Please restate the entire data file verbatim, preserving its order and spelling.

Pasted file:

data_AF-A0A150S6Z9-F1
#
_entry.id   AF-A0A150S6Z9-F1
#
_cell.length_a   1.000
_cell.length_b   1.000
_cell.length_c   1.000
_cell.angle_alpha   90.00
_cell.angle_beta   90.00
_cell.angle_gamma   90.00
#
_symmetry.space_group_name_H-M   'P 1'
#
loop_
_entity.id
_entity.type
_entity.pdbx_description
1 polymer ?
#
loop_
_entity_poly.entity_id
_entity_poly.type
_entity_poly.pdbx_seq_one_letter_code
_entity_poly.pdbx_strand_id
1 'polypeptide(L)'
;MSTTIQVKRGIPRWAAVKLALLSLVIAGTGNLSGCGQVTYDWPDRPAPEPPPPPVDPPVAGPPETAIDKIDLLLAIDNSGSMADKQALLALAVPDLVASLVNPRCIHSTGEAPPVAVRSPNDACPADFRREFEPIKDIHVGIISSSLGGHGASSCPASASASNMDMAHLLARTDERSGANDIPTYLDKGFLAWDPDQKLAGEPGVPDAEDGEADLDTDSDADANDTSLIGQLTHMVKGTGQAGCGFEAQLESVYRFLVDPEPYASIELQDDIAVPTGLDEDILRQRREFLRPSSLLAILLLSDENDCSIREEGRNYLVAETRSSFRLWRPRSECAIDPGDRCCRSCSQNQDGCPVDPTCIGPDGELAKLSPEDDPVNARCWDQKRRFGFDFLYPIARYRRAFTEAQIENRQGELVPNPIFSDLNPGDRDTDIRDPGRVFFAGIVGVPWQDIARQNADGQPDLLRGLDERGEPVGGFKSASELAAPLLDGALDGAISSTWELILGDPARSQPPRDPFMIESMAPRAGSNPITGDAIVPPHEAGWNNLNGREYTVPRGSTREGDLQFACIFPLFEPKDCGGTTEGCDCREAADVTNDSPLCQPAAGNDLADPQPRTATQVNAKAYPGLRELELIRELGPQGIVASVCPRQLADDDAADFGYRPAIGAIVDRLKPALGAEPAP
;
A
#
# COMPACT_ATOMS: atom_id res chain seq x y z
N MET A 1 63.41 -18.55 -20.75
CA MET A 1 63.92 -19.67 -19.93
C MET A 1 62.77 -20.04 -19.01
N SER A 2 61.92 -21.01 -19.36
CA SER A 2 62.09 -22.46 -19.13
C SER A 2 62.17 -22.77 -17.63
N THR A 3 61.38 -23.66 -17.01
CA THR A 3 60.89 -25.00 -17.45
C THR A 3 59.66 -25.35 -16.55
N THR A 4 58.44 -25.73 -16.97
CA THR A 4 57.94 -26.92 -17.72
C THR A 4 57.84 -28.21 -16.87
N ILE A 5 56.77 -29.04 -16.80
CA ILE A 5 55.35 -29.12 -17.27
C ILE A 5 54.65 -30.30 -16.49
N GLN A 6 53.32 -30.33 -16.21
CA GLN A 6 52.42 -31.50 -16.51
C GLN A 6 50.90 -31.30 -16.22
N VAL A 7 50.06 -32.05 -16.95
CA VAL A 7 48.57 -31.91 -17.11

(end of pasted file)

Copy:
data_AF-A0A150S6Z9-F1
#
_entry.id   AF-A0A150S6Z9-F1
#
_cell.length_a   1.000
_cell.length_b   1.000
_cell.length_c   1.000
_cell.angle_alpha   90.00
_cell.angle_beta   90.00
_cell.angle_gamma   90.00
#
_symmetry.space_group_name_H-M   'P 1'
#
loop_
_entity.id
_entity.type
_entity.pdbx_description
1 polymer ?
#
loop_
_entity_poly.entity_id
_entity_poly.type
_entity_poly.pdbx_seq_one_letter_code
_entity_poly.pdbx_strand_id
1 'polypeptide(L)'
;MSTTIQVKRGIPRWAAVKLALLSLVIAGTGNLSGCGQVTYDWPDRPAPEPPPPPVDPPVAGPPETAIDKIDLLLAIDNSGSMADKQALLALAVPDLVASLVNPRCIHSTGEAPPVAVRSPNDACPADFRREFEPIKDIHVGIISSSLGGHGASSCPASASASNMDMAHLLARTDERSGANDIPTYLDKGFLAWDPDQKLAGEPGVPDAEDGEADLDTDSDADANDTSLIGQLTHMVKGTGQAGCGFEAQLESVYRFLVDPEPYASIELQDDIAVPTGLDEDILRQRREFLRPSSLLAILLLSDENDCSIREEGRNYLVAETRSSFRLWRPRSECAIDPGDRCCRSCSQNQDGCPVDPTCIGPDGELAKLSPEDDPVNARCWDQKRRFGFDFLYPIARYRRAFTEAQIENRQGELVPNPIFSDLNPGDRDTDIRDPGRVFFAGIVGVPWQDIARQNADGQPDLLRGLDERGEPVGGFKSASELAAPLLDGALDGAISSTWELILGDPARSQPPRDPFMIESMAPRAGSNPITGDAIVPPHEAGWNNLNGREYTVPRGSTREGDLQFACIFPLFEPKDCGGTTEGCDCREAADVTNDSPLCQPAAGNDLADPQPRTATQVNAKAYPGLRELELIRELGPQGIVASVCPRQLADDDAADFGYRPAIGAIVDRLKPALGAEPAP
;
A
#
# COMPACT_ATOMS: atom_id res chain seq x y z
N MET A 1 63.41 -18.55 -20.75
CA MET A 1 63.92 -19.67 -19.93
C MET A 1 62.77 -20.04 -19.01
N SER A 2 61.92 -21.01 -19.36
CA SER A 2 62.09 -22.46 -19.13
C SER A 2 62.17 -22.77 -17.63
N THR A 3 61.38 -23.66 -17.01
CA THR A 3 60.89 -25.00 -17.45
C THR A 3 59.66 -25.35 -16.55
N THR A 4 58.44 -25.73 -16.97
CA THR A 4 57.94 -26.92 -17.72
C THR A 4 57.84 -28.21 -16.87
N ILE A 5 56.77 -29.04 -16.80
CA ILE A 5 55.35 -29.12 -17.27
C ILE A 5 54.65 -30.30 -16.49
N GLN A 6 53.32 -30.33 -16.21
CA GLN A 6 52.42 -31.50 -16.51
C GLN A 6 50.90 -31.30 -16.22
N VAL A 7 50.06 -32.05 -16.95
CA VAL A 7 48.57 -31.91 -17.11